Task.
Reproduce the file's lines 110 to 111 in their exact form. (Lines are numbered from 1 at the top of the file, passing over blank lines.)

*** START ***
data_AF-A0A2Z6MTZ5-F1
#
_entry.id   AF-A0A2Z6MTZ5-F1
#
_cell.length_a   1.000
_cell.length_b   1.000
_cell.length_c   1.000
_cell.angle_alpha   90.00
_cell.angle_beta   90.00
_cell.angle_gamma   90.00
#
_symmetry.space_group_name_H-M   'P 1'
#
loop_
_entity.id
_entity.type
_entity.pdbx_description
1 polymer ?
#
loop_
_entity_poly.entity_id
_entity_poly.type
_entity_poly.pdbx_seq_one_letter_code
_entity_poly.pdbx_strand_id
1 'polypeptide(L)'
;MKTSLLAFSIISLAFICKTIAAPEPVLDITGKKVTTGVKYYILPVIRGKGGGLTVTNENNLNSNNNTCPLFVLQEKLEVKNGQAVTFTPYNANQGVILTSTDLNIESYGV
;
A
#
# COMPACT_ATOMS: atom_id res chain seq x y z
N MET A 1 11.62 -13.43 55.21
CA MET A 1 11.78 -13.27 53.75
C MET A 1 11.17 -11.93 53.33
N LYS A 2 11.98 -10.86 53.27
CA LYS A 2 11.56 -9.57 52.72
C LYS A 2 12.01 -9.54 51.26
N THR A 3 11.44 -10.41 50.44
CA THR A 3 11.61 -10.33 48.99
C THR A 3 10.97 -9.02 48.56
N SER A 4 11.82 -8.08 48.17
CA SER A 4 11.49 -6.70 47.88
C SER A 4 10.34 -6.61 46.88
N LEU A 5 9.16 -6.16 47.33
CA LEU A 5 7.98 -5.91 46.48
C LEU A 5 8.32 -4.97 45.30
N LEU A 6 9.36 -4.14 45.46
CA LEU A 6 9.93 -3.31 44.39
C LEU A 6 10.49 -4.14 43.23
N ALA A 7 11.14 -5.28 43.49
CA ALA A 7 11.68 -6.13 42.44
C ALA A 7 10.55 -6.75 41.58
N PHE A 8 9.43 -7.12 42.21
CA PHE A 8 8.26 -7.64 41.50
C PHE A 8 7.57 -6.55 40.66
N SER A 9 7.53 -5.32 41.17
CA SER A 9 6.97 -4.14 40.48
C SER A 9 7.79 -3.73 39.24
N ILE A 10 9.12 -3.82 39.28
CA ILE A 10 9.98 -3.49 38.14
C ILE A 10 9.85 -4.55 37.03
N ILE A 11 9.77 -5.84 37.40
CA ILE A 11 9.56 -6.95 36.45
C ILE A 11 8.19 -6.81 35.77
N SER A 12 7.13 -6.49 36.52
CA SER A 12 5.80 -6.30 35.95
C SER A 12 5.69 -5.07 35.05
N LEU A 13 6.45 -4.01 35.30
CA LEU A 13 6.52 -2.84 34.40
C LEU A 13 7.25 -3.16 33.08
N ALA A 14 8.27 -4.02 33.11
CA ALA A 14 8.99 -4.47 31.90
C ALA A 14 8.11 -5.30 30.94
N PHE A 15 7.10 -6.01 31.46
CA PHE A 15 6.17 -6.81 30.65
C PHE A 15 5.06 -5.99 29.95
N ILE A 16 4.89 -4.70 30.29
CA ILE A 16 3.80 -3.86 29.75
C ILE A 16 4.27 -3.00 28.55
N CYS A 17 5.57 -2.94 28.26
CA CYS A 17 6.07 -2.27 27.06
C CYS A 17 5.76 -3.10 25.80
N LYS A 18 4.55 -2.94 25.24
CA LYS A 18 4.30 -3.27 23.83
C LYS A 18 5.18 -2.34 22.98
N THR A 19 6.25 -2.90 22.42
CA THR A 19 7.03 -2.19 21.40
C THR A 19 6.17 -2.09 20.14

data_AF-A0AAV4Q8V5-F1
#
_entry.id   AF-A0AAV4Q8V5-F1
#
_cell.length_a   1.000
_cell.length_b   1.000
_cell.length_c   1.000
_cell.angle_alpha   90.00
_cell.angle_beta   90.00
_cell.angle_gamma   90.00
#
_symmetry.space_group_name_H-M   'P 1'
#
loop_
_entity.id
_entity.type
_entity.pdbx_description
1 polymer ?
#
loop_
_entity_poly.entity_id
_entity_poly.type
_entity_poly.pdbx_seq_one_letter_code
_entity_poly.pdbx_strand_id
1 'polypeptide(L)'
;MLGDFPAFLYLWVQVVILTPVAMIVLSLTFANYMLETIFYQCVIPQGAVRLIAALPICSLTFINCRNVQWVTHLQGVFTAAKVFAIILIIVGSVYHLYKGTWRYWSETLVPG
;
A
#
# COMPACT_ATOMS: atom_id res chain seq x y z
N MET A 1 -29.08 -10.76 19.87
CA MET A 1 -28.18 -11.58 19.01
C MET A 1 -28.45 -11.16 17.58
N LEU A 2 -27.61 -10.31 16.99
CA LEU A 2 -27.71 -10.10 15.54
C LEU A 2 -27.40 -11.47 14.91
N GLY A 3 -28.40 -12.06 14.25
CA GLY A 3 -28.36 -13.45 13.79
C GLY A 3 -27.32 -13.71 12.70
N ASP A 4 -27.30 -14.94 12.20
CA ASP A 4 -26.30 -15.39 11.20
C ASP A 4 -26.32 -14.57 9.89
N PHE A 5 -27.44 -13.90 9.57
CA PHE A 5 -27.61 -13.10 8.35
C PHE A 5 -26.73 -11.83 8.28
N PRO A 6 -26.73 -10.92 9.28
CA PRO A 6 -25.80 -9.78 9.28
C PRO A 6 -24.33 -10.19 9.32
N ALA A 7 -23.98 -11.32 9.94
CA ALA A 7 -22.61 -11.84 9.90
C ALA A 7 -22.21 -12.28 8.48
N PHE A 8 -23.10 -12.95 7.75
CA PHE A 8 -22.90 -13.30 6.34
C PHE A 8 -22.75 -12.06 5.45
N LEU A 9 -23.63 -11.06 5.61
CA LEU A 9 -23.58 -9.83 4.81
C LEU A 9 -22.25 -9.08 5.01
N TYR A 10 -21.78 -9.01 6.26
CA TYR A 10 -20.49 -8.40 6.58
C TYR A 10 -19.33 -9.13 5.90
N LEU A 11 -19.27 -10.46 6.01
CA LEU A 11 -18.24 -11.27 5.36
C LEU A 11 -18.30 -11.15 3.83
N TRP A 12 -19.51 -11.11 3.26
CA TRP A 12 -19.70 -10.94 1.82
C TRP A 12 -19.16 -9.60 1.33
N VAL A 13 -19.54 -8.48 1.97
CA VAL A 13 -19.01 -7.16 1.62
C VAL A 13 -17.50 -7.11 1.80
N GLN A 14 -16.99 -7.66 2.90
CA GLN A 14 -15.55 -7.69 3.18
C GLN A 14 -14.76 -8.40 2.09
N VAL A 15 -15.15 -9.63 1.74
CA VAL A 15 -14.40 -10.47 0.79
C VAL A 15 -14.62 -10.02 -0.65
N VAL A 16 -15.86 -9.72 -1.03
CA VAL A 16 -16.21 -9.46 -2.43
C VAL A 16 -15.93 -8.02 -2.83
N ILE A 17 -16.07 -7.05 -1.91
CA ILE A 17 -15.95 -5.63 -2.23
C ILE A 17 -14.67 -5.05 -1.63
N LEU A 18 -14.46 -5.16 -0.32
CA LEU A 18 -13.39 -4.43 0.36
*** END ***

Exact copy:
_entity_poly.pdbx_seq_one_letter_code
_entity_poly.pdbx_strand_id